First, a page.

Nathan A. Read, Lauren Grinder
A recent opinion authored by a California Court of Appeal highlights the importance of wage and hour compliance for companies with employees in California and in particular the owners, officers, and directors of these companies.
In Atempa v. Pedrazzani, a California Court of Appeal held that a business owner or corporate officer in California can be personally liable for civil penalties awarded to employees for a business’s failure to pay proper wages, even if the owner or corporate officer is not an alter ego of the business and there is no basis to pierce the corporate veil.
Defendant Paolo Pedrazzani was the owner, president, secretary, and director of Pama, Inc., which did business as an Italian restaurant called Via Italia Trattoria. Two employees sued Pama, Inc. and Pedrazzani for failure to pay overtime wages and failure to pay minimum and regular wages. A bench trial ended in the employees’ favor. The trial court ruled that Pedrazzani and Pama, Inc., were jointly and severally liable for civil penalties for overtime and minimum wage violations. The trial court awarded the employees attorneys’ fees.
The trial court found that the civil penalties and attorneys’ fees awarded were recoverable from Pedrazzani. Pama, Inc., had subsequently filed for bankruptcy. On appeal, Pedrazzani argued that he could not be liable for these amounts awarded because he was not the corporate employer responsible for paying employees’ wages and could not be held personally liable absent evidence allowing for the piercing of the corporate veil.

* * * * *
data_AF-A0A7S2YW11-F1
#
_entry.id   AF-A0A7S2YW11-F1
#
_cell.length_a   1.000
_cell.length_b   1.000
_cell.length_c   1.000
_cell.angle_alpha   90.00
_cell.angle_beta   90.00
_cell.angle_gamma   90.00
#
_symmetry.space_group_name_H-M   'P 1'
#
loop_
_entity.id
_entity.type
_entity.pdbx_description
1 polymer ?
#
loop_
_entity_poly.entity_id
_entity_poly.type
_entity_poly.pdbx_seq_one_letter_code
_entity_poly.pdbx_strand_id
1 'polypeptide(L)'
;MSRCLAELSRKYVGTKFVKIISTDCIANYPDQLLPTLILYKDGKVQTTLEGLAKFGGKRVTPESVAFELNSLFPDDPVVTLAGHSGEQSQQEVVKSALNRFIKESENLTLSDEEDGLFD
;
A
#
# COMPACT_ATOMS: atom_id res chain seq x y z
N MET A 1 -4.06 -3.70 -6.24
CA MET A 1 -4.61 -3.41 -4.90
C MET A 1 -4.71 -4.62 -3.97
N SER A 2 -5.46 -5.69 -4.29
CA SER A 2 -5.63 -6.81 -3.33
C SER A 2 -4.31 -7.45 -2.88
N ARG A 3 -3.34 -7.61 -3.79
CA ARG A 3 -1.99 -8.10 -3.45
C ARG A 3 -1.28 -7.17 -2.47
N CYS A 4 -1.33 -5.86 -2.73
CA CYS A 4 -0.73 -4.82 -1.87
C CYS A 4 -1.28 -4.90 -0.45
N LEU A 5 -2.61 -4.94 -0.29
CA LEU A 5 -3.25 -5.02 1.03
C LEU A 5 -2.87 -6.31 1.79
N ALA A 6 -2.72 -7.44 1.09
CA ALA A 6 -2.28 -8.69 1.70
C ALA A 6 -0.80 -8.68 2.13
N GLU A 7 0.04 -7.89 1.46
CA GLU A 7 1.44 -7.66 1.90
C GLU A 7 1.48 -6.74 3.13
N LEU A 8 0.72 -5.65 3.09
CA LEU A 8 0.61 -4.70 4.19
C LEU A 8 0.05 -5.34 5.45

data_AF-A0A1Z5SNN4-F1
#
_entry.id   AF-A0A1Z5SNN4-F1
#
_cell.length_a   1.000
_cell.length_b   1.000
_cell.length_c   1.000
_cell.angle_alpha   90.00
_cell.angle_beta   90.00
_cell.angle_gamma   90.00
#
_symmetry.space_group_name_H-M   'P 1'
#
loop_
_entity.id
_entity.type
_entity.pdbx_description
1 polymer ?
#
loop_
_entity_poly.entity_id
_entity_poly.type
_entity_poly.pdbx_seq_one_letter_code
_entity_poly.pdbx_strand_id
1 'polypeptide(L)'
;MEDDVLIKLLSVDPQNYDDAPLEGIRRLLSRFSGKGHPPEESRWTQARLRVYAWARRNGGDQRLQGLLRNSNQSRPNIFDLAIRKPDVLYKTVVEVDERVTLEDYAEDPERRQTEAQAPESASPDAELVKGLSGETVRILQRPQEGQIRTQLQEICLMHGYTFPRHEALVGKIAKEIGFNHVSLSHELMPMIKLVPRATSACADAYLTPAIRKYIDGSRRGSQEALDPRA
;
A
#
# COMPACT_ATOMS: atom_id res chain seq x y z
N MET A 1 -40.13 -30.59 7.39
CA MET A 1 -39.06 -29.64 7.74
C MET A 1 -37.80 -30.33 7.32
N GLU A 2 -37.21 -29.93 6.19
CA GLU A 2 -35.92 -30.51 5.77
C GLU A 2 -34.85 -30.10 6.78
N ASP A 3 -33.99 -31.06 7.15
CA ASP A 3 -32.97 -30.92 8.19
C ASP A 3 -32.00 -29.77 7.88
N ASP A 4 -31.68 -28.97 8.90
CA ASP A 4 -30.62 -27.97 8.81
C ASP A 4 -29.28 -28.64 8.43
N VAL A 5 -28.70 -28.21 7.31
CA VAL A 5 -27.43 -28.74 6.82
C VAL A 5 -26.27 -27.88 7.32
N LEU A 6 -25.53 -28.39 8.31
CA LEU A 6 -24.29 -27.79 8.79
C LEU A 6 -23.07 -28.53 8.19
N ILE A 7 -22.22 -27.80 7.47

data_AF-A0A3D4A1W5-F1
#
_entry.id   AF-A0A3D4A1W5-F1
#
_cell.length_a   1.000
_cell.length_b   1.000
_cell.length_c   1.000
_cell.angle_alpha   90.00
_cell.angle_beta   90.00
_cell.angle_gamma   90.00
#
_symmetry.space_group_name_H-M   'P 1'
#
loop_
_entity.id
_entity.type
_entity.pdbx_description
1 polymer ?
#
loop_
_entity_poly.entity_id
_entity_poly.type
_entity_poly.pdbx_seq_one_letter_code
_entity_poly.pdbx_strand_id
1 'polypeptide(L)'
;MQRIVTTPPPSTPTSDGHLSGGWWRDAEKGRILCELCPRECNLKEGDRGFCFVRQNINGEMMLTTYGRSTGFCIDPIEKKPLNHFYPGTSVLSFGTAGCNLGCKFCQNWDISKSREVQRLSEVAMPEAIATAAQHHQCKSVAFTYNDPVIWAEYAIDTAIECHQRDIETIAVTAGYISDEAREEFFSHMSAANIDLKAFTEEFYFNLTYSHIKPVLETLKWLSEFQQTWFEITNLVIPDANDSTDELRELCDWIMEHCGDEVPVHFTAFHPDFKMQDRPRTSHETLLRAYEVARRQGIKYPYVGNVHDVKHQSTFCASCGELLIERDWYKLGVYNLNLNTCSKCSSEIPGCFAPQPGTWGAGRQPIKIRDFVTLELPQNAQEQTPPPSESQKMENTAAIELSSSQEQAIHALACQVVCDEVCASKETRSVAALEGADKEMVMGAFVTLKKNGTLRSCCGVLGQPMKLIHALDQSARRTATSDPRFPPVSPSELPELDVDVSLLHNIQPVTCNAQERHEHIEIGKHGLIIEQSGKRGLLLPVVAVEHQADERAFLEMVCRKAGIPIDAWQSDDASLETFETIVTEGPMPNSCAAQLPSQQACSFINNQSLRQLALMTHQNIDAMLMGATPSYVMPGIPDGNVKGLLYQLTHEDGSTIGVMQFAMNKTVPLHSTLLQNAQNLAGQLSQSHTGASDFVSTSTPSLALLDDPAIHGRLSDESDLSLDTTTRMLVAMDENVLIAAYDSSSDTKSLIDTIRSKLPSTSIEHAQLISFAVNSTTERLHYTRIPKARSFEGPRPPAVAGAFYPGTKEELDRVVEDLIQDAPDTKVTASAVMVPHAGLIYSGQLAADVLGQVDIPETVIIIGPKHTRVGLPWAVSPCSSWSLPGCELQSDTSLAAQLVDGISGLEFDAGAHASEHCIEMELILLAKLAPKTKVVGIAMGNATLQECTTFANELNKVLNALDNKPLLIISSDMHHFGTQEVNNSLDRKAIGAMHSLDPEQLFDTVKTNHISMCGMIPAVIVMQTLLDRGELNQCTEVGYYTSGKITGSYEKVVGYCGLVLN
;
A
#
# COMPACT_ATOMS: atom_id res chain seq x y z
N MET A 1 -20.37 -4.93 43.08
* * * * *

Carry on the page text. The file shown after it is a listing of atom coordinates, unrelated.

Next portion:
Rejecting Pedrazzani’s argument, the Court of Appeal relied on language of the applicable California statutes: Cal. Labor Code § 558 (West 2018) and Cal. Labor Code § 1197.1 (West 2018). Section 558(a) subjects “[a]ny employer or other person acting on behalf of an employer” to civil penalties for overtime violations. Similarly, section 1197.1(a) subjects “[a]ny employer or other person acting either individually or as an officer, agent, or employee of another person” to civil penalties for minimum wage violations. The Court of Appeal held that Pedrazzani was responsible as an “other person” who caused the overtime pay and minimum wage violations.
Sections 558 and 1197.1 only authorize the government to recover civil penalties, but the employees relied on California’s Private Attorneys General Act (“PAGA”), which permits an “aggrieved employee” to recover civil penalties on behalf of himself and other current or former employees. Cal. Labor Code § 2699 (West 2018). The Court of Appeals affirmed the awards of civil penalties and attorney fees against Pedrazzani pursuant to PAGA.
Owners, officers, and directors of companies with employees in California must pay particular attention to wage and hour compliance to avoid being held personally liable for wage and hour violations. Companies should also confirm insurance protection for these individuals for this potential new personal liability created by simply being an owner, officer, director or other person responsible for a business's payroll.
Nathan Read has extensive experience representing employers in all matters of employment law with a focus on employment counseling and employment litigation. He can be reached at firstname.lastname@example.org.
Lauren Grinder is an Associate and assists clients with employment matters. She can be reached at email@example.com.